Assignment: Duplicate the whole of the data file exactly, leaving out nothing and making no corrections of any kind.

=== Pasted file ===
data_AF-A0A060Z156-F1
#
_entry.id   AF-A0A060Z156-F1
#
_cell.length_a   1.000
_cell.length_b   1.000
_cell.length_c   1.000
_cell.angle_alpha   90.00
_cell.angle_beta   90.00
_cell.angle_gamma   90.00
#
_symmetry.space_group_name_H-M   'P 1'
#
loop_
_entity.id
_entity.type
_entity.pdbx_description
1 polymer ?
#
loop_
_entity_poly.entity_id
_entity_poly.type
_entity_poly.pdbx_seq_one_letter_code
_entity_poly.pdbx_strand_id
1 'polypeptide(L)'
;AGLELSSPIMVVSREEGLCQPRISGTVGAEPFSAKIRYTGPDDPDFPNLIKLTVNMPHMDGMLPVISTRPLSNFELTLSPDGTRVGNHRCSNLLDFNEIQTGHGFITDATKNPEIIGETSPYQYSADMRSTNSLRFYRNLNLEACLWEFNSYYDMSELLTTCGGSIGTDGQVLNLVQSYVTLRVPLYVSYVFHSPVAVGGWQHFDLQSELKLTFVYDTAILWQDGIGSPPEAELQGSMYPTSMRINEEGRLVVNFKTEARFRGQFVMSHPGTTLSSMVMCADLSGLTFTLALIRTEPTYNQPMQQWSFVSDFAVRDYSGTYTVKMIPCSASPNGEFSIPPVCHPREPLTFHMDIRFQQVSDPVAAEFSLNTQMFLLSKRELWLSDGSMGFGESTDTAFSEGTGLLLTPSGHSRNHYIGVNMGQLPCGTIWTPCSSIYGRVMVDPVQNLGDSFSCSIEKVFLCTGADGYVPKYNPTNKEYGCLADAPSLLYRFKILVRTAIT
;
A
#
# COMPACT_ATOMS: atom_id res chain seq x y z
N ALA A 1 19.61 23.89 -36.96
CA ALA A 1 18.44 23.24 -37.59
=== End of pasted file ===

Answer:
data_AF-A0A060Z156-F1
#
_entry.id   AF-A0A060Z156-F1
#
_cell.length_a   1.000
_cell.length_b   1.000
_cell.length_c   1.000
_cell.angle_alpha   90.00
_cell.angle_beta   90.00
_cell.angle_gamma   90.00
#
_symmetry.space_group_name_H-M   'P 1'
#
loop_
_entity.id
_entity.type
_entity.pdbx_description
1 polymer ?
#
loop_
_entity_poly.entity_id
_entity_poly.type
_entity_poly.pdbx_seq_one_letter_code
_entity_poly.pdbx_strand_id
1 'polypeptide(L)'
;AGLELSSPIMVVSREEGLCQPRISGTVGAEPFSAKIRYTGPDDPDFPNLIKLTVNMPHMDGMLPVISTRPLSNFELTLSPDGTRVGNHRCSNLLDFNEIQTGHGFITDATKNPEIIGETSPYQYSADMRSTNSLRFYRNLNLEACLWEFNSYYDMSELLTTCGGSIGTDGQVLNLVQSYVTLRVPLYVSYVFHSPVAVGGWQHFDLQSELKLTFVYDTAILWQDGIGSPPEAELQGSMYPTSMRINEEGRLVVNFKTEARFRGQFVMSHPGTTLSSMVMCADLSGLTFTLALIRTEPTYNQPMQQWSFVSDFAVRDYSGTYTVKMIPCSASPNGEFSIPPVCHPREPLTFHMDIRFQQVSDPVAAEFSLNTQMFLLSKRELWLSDGSMGFGESTDTAFSEGTGLLLTPSGHSRNHYIGVNMGQLPCGTIWTPCSSIYGRVMVDPVQNLGDSFSCSIEKVFLCTGADGYVPKYNPTNKEYGCLADAPSLLYRFKILVRTAIT
;
A
#
# COMPACT_ATOMS: atom_id res chain seq x y z
N ALA A 1 19.61 23.89 -36.96
CA ALA A 1 18.44 23.24 -37.59